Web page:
Originally published on TonyMorganLive.com
Leading campus pastors is one of the most rewarding roles a church leader can have. You get the opportunity to serve and celebrate God’s work in multiple communities through multiple people all at the same time! This excitement certainly comes with its own set of challenges. After all, the group you lead is diverse, each facing their own set of local needs and opportunities.
At one point, I was leading three campus pastors in completely different places: one launching in a suburb, one renovating a building near Amish country, and another established in a rural elementary school. I imagine your campuses have their own distinctions, as well.
So how do you manage this level of diversity on your team? Despite the differences, your campus pastors – and even campus ministry staff – generally share a common set of needs. Meet these, and you’ll set them up to win in big ways:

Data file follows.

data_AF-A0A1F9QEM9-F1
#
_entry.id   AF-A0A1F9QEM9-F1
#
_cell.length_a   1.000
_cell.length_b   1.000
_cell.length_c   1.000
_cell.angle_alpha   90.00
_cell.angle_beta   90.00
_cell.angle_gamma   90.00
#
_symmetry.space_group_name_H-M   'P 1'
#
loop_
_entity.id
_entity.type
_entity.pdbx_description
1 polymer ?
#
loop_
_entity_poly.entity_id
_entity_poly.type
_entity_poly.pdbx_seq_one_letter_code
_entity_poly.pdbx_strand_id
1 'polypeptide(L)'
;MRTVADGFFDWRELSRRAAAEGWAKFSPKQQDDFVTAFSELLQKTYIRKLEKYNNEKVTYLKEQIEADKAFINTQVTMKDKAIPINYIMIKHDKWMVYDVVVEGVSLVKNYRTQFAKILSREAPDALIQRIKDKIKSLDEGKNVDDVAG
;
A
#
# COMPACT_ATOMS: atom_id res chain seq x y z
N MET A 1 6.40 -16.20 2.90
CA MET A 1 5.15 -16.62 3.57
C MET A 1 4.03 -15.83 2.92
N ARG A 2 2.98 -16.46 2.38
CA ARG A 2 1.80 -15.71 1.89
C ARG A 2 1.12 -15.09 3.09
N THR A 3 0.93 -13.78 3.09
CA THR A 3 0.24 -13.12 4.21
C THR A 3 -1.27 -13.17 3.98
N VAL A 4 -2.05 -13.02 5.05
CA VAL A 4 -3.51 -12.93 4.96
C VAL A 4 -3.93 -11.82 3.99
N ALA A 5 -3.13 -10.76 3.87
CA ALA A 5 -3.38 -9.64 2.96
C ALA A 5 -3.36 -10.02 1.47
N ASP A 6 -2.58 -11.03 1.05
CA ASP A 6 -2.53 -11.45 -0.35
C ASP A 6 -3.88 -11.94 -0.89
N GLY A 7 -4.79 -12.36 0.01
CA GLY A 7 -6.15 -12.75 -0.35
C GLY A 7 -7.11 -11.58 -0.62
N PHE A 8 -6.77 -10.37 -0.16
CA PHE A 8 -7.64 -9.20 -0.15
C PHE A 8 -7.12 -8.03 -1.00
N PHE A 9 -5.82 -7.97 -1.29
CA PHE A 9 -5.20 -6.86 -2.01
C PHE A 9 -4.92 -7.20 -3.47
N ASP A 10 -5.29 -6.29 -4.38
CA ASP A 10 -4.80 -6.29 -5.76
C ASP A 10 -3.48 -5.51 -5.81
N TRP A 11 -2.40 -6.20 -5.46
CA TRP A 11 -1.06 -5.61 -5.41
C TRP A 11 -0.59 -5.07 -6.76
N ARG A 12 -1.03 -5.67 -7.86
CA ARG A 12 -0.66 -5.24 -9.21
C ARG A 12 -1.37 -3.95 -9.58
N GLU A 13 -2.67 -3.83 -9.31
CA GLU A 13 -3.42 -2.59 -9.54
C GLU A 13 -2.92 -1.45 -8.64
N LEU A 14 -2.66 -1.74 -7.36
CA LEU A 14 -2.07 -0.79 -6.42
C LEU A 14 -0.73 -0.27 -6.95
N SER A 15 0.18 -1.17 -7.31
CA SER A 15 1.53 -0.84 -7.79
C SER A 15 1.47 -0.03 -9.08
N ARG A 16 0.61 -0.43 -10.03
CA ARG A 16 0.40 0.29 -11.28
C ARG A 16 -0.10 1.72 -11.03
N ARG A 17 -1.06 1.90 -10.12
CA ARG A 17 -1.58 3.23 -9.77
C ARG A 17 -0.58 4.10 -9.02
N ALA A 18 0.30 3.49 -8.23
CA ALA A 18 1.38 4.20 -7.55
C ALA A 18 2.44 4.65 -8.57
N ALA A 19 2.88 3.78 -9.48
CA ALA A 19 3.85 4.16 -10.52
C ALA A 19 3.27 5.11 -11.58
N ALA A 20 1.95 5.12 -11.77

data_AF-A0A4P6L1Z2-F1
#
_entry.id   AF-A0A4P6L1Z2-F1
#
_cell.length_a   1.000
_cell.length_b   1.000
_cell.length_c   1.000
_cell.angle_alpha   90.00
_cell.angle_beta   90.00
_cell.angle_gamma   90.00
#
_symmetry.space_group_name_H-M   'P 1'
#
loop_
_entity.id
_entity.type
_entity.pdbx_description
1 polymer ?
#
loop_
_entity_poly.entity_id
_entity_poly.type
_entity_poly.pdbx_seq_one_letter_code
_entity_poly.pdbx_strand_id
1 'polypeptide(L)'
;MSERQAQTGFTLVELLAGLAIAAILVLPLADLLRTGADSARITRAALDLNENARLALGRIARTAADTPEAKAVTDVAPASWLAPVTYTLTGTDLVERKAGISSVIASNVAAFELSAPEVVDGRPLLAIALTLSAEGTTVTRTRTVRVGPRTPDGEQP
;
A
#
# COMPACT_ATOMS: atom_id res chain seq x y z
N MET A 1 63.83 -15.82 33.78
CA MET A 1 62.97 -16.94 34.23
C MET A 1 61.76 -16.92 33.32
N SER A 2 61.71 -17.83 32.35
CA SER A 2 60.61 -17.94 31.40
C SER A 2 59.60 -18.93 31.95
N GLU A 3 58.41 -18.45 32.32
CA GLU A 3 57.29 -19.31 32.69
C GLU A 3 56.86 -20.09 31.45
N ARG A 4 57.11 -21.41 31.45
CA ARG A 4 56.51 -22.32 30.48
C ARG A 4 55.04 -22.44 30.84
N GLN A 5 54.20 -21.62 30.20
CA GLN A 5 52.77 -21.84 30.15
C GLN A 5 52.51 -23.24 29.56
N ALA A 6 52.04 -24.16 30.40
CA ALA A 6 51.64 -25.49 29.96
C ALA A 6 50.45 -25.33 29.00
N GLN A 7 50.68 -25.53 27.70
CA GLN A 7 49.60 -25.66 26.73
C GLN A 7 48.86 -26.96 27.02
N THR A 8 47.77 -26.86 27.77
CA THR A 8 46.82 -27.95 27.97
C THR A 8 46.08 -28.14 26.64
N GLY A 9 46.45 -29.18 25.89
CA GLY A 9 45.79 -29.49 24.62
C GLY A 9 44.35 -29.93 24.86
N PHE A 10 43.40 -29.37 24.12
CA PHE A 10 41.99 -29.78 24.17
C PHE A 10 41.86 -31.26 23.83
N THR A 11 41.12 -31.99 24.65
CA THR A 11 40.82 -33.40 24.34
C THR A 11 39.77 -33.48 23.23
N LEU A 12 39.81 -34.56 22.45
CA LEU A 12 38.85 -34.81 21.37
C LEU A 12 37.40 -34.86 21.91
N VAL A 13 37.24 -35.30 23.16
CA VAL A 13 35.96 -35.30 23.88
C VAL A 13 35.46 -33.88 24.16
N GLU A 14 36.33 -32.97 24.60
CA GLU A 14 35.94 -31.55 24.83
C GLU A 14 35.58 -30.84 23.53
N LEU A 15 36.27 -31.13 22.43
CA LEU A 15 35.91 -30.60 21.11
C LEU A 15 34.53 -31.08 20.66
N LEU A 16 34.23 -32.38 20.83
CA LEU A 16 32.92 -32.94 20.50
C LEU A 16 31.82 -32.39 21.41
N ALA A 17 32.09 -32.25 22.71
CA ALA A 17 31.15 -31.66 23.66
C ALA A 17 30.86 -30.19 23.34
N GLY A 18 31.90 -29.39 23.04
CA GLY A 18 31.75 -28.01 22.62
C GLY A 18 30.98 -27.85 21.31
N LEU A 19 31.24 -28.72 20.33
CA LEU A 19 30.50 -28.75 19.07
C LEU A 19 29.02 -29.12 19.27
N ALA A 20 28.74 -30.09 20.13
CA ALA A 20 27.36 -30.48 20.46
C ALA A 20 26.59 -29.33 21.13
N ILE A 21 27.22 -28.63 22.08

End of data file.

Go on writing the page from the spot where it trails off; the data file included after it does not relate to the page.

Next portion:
Need #1: Time to “do nothing” when they start
It’s one thing to read and understand your mission, vision, values, and strategy. It is another to embody it, speak it, and lead it from the heart. When you are on-boarding a new campus pastor, give him or her time to be trained on your organization’s DNA, shadow existing campus pastors, and sit-in on the meetings of various departments. Many people will wonder if you’re paying them to “do nothing.” In reality, you’ll be setting them up for success.
Need #2: Time to invest in their people
People buy into their campus pastor before they buy into the vision. When we launched our sixth campus at NewPointe, one volunteer told me he was serving because he couldn’t not help the campus pastor. That speaks to the level of commitment people have when they truly get to know their leader. In a multisite model, departmental and campus meetings can easily overtake the calendar. Eliminate as much as you possibly can to enable your leaders to invest in their people.